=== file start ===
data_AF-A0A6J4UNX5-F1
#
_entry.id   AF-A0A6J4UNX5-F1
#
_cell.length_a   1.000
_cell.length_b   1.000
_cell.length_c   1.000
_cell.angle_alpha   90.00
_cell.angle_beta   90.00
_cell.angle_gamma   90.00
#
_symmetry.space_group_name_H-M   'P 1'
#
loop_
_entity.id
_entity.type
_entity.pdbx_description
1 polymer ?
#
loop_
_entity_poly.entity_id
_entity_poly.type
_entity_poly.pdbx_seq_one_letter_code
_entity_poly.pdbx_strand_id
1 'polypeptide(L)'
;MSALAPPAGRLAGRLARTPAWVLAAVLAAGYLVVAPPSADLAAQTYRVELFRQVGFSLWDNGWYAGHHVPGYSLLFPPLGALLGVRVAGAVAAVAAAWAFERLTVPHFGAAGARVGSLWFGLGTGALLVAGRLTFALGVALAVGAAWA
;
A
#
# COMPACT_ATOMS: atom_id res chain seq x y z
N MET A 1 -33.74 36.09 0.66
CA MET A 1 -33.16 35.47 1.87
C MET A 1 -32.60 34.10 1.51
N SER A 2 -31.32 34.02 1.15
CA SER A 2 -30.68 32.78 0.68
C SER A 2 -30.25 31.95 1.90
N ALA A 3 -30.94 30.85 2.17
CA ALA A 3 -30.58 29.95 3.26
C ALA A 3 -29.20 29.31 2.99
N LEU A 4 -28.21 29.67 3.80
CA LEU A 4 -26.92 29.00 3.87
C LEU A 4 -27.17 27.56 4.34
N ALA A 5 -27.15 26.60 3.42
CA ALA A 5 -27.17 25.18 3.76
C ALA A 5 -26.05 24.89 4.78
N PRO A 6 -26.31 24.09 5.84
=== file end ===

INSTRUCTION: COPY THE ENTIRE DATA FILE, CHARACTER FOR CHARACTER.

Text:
data_AF-A0A6J4UNX5-F1
#
_entry.id   AF-A0A6J4UNX5-F1
#
_cell.length_a   1.000
_cell.length_b   1.000
_cell.length_c   1.000
_cell.angle_alpha   90.00
_cell.angle_beta   90.00
_cell.angle_gamma   90.00
#
_symmetry.space_group_name_H-M   'P 1'
#
loop_
_entity.id
_entity.type
_entity.pdbx_description
1 polymer ?
#
loop_
_entity_poly.entity_id
_entity_poly.type
_entity_poly.pdbx_seq_one_letter_code
_entity_poly.pdbx_strand_id
1 'polypeptide(L)'
;MSALAPPAGRLAGRLARTPAWVLAAVLAAGYLVVAPPSADLAAQTYRVELFRQVGFSLWDNGWYAGHHVPGYSLLFPPLGALLGVRVAGAVAAVAAAWAFERLTVPHFGAAGARVGSLWFGLGTGALLVAGRLTFALGVALAVGAAWA
;
A
#
# COMPACT_ATOMS: atom_id res chain seq x y z
N MET A 1 -33.74 36.09 0.66
CA MET A 1 -33.16 35.47 1.87
C MET A 1 -32.60 34.10 1.51
N SER A 2 -31.32 34.02 1.15
CA SER A 2 -30.68 32.78 0.68
C SER A 2 -30.25 31.95 1.90
N ALA A 3 -30.94 30.85 2.17
CA ALA A 3 -30.58 29.95 3.26
C ALA A 3 -29.20 29.31 2.99
N LEU A 4 -28.21 29.67 3.80
CA LEU A 4 -26.92 29.00 3.87
C LEU A 4 -27.17 27.56 4.34
N ALA A 5 -27.15 26.60 3.42
CA ALA A 5 -27.17 25.18 3.76
C ALA A 5 -26.05 24.89 4.78
N PRO A 6 -26.31 24.09 5.84